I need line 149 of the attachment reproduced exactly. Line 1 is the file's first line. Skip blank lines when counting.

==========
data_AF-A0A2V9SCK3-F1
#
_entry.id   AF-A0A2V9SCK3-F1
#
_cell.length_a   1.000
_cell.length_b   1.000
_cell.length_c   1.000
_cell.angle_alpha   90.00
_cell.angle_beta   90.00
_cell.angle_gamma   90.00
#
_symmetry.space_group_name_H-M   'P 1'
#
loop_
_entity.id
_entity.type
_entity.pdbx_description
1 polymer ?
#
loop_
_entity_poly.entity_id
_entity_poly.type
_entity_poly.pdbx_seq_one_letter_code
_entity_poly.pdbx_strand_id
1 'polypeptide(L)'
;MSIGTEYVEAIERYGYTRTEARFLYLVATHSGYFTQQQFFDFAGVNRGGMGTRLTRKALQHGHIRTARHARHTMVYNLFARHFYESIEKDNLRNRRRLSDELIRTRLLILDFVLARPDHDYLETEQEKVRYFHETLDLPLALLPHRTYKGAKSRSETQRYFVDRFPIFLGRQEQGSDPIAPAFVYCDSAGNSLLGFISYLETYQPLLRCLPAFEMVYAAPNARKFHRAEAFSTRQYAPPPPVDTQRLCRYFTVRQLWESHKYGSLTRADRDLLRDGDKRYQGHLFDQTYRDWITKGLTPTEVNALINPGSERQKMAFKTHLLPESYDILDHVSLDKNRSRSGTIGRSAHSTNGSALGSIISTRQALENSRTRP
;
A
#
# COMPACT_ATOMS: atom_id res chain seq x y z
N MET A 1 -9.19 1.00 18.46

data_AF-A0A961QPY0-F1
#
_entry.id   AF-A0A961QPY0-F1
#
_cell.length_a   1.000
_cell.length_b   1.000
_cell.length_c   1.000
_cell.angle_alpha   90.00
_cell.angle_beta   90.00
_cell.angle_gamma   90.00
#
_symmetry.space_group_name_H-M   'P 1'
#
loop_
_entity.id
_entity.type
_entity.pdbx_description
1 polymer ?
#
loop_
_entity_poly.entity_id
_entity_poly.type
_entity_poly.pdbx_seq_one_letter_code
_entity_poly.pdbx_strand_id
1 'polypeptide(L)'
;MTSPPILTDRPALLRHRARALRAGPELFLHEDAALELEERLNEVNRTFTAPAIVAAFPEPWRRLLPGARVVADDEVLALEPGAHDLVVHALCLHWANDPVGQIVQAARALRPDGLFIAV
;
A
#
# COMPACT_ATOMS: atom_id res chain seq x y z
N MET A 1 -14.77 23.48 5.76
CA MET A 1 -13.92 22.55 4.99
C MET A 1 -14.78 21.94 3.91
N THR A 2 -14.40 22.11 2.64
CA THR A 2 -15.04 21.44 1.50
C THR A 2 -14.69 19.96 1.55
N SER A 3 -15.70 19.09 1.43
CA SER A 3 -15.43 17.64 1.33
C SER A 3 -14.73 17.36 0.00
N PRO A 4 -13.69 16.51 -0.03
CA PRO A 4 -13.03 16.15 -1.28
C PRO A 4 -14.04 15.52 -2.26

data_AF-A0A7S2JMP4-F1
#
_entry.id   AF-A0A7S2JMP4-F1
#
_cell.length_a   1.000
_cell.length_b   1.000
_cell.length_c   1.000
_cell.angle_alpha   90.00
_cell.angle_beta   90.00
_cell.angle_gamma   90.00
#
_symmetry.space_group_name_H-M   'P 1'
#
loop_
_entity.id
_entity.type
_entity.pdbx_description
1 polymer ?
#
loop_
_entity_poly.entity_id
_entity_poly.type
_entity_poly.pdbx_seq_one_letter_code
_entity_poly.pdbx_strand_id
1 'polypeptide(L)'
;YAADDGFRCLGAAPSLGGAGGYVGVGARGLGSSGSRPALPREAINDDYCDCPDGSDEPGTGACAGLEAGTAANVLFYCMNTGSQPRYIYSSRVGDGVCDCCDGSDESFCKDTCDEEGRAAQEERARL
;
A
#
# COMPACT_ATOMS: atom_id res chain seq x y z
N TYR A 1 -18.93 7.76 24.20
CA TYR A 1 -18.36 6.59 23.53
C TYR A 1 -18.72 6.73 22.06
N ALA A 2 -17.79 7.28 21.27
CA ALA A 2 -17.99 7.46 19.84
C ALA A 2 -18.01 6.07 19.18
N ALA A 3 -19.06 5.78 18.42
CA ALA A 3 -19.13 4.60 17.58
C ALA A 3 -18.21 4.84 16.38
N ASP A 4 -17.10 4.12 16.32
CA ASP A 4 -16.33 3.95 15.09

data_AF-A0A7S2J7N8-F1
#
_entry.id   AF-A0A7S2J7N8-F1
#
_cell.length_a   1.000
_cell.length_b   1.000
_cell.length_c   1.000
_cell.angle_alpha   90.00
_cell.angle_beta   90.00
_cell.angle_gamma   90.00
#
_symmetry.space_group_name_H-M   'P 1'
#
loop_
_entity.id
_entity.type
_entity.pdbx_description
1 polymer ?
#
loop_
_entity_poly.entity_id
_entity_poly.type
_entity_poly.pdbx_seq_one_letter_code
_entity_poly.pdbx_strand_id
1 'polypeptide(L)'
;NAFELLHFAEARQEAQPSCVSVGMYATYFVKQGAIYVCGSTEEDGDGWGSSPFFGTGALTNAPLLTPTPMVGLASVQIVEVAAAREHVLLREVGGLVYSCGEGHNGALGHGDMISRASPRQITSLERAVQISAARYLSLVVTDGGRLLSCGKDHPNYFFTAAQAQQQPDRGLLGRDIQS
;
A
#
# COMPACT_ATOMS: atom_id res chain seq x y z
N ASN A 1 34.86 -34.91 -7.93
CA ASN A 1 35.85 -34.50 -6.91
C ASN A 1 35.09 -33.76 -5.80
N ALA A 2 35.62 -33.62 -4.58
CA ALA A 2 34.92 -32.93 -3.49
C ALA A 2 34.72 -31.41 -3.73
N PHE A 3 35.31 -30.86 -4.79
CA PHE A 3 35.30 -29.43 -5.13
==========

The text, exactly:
CA ALA A 2 34.92 -32.93 -3.49